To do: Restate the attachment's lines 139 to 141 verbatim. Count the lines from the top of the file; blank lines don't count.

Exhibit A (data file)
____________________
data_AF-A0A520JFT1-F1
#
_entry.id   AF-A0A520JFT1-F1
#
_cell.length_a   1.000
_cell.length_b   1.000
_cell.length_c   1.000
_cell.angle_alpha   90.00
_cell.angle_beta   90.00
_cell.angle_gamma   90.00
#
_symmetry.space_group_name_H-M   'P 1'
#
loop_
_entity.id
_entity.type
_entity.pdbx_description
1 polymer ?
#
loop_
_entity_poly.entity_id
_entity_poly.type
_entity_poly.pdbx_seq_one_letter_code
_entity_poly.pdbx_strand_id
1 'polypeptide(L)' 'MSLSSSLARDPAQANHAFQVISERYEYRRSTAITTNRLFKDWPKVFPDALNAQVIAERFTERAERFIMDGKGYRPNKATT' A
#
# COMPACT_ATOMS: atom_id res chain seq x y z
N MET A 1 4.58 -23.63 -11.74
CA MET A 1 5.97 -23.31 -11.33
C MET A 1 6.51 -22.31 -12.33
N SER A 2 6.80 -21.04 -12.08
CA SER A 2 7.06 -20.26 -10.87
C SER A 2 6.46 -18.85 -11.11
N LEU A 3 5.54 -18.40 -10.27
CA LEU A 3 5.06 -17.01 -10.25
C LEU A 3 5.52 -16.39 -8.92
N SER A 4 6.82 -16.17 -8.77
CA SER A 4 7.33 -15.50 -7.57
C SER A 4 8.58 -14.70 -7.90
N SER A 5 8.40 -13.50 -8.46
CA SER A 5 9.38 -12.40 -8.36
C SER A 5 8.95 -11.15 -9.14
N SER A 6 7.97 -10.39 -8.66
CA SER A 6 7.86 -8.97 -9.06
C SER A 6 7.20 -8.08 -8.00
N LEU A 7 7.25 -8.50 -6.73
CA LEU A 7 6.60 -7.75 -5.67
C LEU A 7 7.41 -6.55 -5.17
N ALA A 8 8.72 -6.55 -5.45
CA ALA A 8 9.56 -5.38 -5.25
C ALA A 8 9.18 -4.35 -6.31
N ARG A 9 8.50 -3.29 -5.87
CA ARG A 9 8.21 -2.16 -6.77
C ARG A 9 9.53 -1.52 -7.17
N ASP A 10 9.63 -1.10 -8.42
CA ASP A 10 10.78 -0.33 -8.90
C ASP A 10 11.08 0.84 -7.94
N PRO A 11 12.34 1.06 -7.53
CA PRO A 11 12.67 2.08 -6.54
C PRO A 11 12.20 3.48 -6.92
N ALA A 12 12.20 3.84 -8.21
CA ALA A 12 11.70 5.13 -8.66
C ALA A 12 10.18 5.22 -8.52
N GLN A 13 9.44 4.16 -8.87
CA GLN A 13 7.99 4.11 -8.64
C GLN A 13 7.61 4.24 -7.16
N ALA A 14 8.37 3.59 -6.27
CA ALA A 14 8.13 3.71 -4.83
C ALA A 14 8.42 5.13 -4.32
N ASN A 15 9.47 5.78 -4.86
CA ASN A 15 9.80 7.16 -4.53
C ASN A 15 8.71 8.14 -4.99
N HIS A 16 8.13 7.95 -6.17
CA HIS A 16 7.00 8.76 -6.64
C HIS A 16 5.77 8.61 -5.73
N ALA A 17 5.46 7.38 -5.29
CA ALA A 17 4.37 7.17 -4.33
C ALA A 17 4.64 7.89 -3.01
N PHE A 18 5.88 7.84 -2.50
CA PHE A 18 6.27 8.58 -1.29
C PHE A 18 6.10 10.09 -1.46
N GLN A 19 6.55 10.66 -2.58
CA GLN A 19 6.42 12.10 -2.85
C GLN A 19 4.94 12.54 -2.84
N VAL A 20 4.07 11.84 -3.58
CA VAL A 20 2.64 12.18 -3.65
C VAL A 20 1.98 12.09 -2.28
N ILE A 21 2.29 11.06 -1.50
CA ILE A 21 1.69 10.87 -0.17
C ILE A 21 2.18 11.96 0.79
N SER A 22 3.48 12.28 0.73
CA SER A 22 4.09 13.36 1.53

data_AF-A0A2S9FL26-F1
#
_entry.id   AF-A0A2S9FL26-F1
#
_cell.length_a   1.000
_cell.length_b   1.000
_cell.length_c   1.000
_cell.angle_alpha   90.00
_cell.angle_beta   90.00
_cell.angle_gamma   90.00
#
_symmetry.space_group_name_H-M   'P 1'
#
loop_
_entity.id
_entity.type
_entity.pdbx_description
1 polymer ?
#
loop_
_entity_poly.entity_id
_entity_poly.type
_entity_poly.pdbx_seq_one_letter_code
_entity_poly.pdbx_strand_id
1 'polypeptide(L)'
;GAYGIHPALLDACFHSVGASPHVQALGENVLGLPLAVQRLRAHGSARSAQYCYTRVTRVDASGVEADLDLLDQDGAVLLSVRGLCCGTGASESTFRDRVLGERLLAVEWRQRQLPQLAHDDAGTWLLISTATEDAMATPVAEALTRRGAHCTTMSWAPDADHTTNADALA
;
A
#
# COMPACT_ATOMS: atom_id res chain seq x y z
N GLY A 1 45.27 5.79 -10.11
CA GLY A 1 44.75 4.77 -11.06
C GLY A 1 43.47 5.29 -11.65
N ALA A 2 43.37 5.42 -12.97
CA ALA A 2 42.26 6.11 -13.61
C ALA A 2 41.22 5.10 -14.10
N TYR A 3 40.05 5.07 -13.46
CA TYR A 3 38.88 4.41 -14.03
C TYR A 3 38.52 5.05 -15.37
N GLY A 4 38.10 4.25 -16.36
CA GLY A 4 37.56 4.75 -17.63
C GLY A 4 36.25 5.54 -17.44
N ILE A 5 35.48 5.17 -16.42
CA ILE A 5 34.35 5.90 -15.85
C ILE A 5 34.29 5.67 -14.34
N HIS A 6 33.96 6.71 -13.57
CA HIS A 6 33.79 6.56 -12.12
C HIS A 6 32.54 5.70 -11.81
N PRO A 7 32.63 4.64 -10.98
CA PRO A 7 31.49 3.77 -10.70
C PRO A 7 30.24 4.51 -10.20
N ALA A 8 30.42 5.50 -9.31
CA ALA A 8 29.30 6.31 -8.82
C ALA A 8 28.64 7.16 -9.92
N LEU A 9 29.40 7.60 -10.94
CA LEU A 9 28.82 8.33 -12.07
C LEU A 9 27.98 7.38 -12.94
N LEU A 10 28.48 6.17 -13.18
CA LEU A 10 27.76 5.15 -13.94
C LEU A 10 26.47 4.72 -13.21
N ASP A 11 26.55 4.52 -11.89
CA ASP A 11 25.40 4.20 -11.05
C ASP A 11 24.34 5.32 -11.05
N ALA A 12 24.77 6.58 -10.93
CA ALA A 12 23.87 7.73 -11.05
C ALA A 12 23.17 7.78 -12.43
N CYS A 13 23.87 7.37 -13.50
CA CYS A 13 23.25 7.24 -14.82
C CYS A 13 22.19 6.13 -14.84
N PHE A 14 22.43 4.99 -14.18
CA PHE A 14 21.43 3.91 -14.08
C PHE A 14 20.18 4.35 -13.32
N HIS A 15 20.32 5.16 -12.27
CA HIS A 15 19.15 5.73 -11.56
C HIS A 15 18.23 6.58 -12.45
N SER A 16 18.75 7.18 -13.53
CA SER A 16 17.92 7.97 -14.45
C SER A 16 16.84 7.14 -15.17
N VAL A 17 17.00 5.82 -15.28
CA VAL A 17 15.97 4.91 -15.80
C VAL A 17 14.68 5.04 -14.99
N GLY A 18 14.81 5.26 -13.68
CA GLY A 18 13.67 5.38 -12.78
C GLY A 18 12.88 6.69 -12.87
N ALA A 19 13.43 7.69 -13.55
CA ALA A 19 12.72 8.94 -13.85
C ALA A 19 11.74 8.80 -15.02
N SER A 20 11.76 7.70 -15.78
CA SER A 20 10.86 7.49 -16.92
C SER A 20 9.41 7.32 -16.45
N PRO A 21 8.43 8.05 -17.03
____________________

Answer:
CA HIS A 6 33.79 6.56 -12.12
C HIS A 6 32.54 5.70 -11.81
N PRO A 7 32.63 4.64 -10.98